honey etc. ~Gargling several times a day
with warm salt water ~Drinking cold liquids/eating popsicles ~Sucking on hard candies-not for young children ~Over the counter medication Toddlers Children Group A Streptococcus Bacterium is a leading cause of pharyngitis in kids age 5-15 (15-30%) In a meta-analysis (an analysis of a group of studies),
37% of kids under the age of 18 that presented a
health clinic with sore throats were tested positive. Have the same symptoms as adults, but
could be less defined Could have symptoms such as:
stuffy nose ~low fever For toddlers, there is no definate symptom of Strep. As well as the previously mentioned symptoms,
some other possible ones for toddlers are:
~abdominal pain ~enlarged tender neck glands ~Upper palate bleeding under the skin Prevention ~Stay home if you have
Strep throat ~Get a new toothbrush
after you are finished
antibiotics are no longer
sick If a repeated case occurs in the
family, you might want to check
if someone is a Strep carrier Outbreaks Large outbreaks are rare. Strep
is usually transfered through
limited close contact. However, there was one
incident in December of 1999
at the New South Wales minimum
security prison in Australia December 17-26:
72/256 inmates had Strep
throat. The disease was thought to be transmitted
through food Mistreatment A recent study has shown that 73%
of adult patients that presented a health clinic
with Strep throat were prescribed antibiotics.
68% of the antibiotics recommended were more
expensive and of a broader spectrum than recommended as per practice guidlines Vaccines With funding from the NIAID (National Institute of Allergy and Infectious diseases), a Group A Streptococcus vaccine was trialed. It was well tolerated by patients and has led to further research for a similar vaccine. This vaccine will prevent Strep throat, impetigo, rheumatic fever, and a variety of other complications. Resources "The father of medicine" Web resources: Clark College Strep Throat. Date Retrieved; 2 Feb. 2013. Clark College, http://web.clark.edu/tkibota/240/Disease/StrepThroat.pdf National Institute of Allergy and Infectious Diseases Group A Streptococcal Infections. Date Retrieved; 3 Feb. 2013. National Institute of Allergy and Infectious Diseases. http://www.niaid.nih.gov/topics/streptococcal/Pages/research.aspx Todar, Kenneth, PHD. Mechanisms of Bacterial Pathogenicity page 1. Date Retrieved; 2 Feb. 2013, http://textbookofbacteriology.net/pathogenesis_2.html University of California at Davis History of Streptococcal Pryogenes by Dr. Lefebvre, Jasmine Leyro. Date Retreived; 30 Jan. 2013. University of California at Davis. http://cosmos.ucdavis.edu/archives/2008/cluster7/leyro_jasmine.pdf University of California, San Fransisco Acute Rheumatic Fever and Rheumatic Heart Disease. Date Retrieved; 2 Feb. 2013. University of California, San Fransisco. http://medicine.ucsf.edu/education/resed/Chiefs_cover_sheets/acute_rheumatic_fever_and_rheumatic_heart_disease.pdf UptoDate Approach to Diagnosis of Acute Infectious Pharyngitis in Children and Adolesents. Date Retrieved; 2 Feb. 2013. UptoDate http://www.uptodate.com/contents/approach-to-diagnosis-of-acute-infectious-pharyngitis-in-children-and-adolescents?source=search results&search=strep+throat&selectedTitle=2%7E80 UptoDate Evaluation of Acute Pharyngitis in Adults. Date Retrieved; 2 Feb. 2013. UptoDate http://www.uptodate.com/contents/evaluation-of-acute-pharyngitis-in-adults?source=search results&search=strep=throat&selectedTitle=3%7E80 Web Resources (cont.): UptoDate Treatment and Prevention of Streptococcal Tonsilopharyngitis. Date Retrieved; 1 Feb. 2013. UptoDate http://www.uptodate.com/contents/treatment-and-prevention-of-streptococcal-tonsillopharyngitis?source=search results&search=strep+throat&selectedTitle=1%E80 U.S National Library of Medicine Strep Throat. Date Retrieved; 25 Jan. 2013. U.S. National Library of Medicine http://www.ncbi.nlm.nih.gov/pubmedhealth/PMH0001663/ Virginia Government. Virginia Department of Health Group A Streptococcus Disease. Last updated; 12-21-2012. Date Retrieved; 3 Feb. 2013, http://www.vdh.state.va.us/epidemiology/factsheets/Streptococcal.htm Chen, Victoria MD CCFP FCFP Date Retrieved; 31 Jan. 2013 Goroll, Allan H., May, Lawence A., Mulley, Albert G. Jr. "Primary Care Medicine" Philadelphia: J.B. Lippincott company, 1987 Smith, Tara C. Deadly Diseases and Epidemics Streptococcus (Group A). New York: Chelsea House Publishers; 2005. Other Resources: The End. Thanks for watching! Because of this, the valves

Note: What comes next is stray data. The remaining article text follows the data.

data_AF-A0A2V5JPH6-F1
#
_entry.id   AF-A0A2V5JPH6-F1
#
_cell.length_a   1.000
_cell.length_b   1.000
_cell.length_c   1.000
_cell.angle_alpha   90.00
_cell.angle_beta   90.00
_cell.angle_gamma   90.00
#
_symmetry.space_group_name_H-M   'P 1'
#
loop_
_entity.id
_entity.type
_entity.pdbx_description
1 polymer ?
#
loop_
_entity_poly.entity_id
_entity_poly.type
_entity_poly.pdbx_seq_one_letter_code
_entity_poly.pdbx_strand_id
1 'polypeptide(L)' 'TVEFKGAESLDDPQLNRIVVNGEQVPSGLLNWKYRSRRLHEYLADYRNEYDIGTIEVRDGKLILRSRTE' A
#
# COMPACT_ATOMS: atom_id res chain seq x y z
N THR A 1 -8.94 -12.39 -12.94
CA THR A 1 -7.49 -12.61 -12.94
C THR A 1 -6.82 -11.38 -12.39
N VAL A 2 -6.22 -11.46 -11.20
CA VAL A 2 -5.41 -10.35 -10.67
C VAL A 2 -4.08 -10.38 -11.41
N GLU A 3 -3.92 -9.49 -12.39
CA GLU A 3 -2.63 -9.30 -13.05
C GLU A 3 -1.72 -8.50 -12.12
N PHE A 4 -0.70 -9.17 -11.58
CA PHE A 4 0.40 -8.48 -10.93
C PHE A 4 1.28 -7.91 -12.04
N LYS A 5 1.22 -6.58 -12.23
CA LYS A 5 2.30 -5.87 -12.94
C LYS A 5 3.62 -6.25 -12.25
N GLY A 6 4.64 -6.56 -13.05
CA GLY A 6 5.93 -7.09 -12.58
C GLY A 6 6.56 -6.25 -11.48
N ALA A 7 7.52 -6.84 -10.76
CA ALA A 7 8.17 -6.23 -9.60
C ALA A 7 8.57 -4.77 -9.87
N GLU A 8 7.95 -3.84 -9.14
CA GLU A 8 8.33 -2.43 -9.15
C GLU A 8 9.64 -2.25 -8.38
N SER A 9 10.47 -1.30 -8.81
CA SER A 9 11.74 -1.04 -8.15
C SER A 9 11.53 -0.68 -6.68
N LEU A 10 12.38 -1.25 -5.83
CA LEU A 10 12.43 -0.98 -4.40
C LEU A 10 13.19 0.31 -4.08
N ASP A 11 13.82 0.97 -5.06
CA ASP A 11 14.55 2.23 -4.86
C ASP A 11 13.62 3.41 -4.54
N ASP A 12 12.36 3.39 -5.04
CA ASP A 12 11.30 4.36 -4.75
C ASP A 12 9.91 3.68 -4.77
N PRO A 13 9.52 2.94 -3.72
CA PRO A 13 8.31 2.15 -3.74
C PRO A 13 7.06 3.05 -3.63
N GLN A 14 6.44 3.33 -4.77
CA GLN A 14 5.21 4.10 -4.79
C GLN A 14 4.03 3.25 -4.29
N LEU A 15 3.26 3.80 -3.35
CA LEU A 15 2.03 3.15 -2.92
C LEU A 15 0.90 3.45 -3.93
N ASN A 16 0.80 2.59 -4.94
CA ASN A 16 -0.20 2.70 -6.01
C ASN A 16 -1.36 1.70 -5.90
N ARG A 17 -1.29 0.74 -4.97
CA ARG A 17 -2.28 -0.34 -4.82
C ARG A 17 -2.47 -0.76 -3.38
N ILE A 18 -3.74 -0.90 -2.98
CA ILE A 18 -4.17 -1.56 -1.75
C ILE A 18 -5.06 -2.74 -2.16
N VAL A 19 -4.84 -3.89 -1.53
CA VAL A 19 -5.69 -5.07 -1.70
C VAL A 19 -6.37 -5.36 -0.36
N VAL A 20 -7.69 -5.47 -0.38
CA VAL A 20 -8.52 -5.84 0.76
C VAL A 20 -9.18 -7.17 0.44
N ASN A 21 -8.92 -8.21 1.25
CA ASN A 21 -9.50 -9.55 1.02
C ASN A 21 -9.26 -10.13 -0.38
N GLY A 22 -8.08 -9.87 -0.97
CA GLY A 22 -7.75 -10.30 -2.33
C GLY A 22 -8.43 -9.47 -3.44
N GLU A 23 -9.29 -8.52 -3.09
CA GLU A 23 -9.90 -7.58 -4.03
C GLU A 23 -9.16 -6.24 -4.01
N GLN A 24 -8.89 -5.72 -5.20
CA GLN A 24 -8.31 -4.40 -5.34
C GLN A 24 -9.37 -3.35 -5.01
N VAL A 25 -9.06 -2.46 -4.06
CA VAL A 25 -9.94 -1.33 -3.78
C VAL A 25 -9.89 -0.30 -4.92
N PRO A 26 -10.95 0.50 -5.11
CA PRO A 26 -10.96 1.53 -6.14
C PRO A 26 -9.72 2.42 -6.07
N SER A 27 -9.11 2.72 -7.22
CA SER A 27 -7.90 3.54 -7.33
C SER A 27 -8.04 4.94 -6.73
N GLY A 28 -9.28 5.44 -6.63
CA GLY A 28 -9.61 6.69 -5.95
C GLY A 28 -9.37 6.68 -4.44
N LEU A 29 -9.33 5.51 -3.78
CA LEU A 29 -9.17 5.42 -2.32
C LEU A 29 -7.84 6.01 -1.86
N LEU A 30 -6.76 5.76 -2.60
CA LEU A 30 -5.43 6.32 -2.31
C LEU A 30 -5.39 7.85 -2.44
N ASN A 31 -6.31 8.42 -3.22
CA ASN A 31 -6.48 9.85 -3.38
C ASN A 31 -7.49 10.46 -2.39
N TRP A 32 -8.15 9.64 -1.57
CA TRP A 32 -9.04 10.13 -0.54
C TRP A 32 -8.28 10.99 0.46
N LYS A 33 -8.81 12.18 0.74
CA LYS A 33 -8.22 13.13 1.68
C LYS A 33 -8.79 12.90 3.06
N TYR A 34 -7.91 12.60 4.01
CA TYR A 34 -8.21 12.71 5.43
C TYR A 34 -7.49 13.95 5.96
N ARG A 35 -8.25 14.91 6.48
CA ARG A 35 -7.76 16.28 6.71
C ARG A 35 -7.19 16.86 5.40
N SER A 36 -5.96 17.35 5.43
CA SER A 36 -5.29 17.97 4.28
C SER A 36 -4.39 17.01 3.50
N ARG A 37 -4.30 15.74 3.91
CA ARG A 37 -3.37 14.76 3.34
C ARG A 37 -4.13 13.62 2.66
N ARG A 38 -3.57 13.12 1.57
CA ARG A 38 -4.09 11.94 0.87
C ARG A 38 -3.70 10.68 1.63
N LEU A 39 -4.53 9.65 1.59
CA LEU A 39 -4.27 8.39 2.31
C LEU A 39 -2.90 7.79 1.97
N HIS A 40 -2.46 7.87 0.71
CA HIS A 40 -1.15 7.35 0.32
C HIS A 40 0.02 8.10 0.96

become leaky and the heart
fails over time. This also makes the heart
more vulnerable to infection-
if the valves get infected then
there is a high risk of death. The valves could also become partially fused together-this partially blocks blood flow Unlike many organisms, Streptococcus Bacterium
has NOT developed resistance to Penicillin